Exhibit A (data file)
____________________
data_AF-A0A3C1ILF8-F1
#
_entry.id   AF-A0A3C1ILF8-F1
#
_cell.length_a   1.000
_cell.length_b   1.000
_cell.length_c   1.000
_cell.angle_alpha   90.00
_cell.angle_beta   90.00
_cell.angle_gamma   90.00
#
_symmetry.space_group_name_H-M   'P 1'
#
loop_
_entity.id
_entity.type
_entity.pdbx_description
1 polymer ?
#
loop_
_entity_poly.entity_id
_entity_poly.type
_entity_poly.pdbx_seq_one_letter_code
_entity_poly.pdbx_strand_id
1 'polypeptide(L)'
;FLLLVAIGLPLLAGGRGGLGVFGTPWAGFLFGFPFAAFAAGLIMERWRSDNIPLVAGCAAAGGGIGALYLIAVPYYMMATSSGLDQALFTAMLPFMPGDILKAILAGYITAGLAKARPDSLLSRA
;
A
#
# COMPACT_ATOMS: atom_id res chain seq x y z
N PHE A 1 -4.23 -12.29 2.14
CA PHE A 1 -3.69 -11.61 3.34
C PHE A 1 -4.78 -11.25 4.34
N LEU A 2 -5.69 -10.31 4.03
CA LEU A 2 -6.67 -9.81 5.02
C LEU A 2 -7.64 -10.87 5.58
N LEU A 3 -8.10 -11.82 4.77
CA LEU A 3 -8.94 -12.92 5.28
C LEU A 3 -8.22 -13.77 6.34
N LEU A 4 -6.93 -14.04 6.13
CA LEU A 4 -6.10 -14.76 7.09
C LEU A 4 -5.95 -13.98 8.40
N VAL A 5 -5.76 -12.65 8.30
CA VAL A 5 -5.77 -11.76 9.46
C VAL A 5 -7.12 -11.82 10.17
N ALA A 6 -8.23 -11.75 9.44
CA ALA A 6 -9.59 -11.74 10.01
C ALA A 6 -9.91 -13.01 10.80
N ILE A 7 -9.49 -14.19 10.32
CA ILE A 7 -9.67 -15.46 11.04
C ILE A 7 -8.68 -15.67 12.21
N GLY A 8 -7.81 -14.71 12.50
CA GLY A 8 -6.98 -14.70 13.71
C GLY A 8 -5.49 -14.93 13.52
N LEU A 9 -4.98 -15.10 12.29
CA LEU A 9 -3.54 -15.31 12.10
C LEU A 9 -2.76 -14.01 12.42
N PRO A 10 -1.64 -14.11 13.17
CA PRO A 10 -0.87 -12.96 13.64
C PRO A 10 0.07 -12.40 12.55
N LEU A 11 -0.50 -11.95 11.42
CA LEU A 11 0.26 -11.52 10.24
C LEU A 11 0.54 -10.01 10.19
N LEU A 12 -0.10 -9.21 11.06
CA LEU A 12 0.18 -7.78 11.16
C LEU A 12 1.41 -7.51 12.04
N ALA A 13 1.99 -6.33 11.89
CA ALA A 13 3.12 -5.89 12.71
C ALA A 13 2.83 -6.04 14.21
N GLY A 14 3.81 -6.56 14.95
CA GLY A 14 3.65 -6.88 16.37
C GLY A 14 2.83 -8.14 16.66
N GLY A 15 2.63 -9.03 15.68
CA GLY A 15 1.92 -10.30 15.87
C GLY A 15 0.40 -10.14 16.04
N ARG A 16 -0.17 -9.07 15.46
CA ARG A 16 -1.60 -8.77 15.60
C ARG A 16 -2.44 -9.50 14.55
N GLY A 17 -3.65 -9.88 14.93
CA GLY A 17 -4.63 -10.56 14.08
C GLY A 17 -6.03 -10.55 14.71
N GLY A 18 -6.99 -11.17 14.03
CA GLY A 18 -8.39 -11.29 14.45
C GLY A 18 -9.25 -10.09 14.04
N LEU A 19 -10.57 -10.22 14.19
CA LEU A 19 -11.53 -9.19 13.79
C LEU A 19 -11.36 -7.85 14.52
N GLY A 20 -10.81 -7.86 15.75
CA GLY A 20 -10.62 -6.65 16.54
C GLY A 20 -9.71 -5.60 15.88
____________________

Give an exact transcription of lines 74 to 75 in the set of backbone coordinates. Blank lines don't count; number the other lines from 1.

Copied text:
CA GLY A 15 1.92 -10.30 15.87
C GLY A 15 0.40 -10.14 16.04